On Saturday, Mary Clark moved out of the Arlington County apartment where she had lived for 33 years, ending a two-year struggle with her landlord, who had ordered the 84-year-old woman out because she refused to stop baby sitting at the adults-only complex.

"I guess you have to make the best of it. That's all you can do," Clark said as she packed the belongings that had accumulated in her two-bedroom unit at the Fillmore Gardens apartment complex, a 20-acre compound just off Columbia Pike.

The syndicate that owns Fillmore Gardens began eviction proceedings against Clark in early 1984 because she refused to stop baby sitting Jessica Patterson, who is now 3 years old and is one of about 50 children for whom Clark has cared since her husband died 16 years ago.

Known to her many charges as "Grandma Clark," she said she loved baby sitting and needed the money to supplement her Social Security income of $540 a month. She said she spent about $500 of that to rent her apartment and garage space.

The landlord, citing the adults-only policy in effect since 1972, took her to court after receiving complaints from her neighbors. Last month, the Virginia Supreme Court upheld a lower court's jury finding in favor of the landlord.

Elliott Burka, managing partner for the owners of Fillmore Gardens, cited concerns about Clark's frailty and about legal liability if there was an injury because of the little girl's presence.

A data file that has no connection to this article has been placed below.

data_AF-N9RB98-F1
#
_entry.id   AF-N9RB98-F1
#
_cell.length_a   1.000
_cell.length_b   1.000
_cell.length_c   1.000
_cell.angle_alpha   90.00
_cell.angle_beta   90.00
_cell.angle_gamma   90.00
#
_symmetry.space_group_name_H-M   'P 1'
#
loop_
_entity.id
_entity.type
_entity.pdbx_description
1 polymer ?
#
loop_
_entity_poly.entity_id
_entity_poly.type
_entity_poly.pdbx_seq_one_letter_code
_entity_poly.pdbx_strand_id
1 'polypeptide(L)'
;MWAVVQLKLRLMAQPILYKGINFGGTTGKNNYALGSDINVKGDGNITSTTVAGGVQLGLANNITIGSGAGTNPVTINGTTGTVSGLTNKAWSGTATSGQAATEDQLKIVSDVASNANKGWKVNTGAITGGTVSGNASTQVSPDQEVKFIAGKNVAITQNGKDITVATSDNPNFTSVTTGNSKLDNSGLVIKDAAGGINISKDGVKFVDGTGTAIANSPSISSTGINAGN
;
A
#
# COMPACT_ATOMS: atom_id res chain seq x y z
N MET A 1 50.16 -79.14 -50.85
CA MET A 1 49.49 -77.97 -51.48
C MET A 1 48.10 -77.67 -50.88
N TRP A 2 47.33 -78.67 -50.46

In late February, when the incident received nationwide attention, the development management announced that it would not follow through with the eviction until May 1, when the weather improved.

Connie Patterson, Jessica's mother, helped move Clark to a new apartment in the Columbia Park complex on South Buchanan Street.

"They allow children, they know she baby sits, and it's fine with them," said Patterson, who will continue to use Clark's baby sitting services until her daughter starts school.

Patterson said she worries how Clark will survive financially once Jessica stops coming. Clark, who receives a $22 rent-relief check from the county each month, faces a three-year wait for subsidized housing, Patterson said.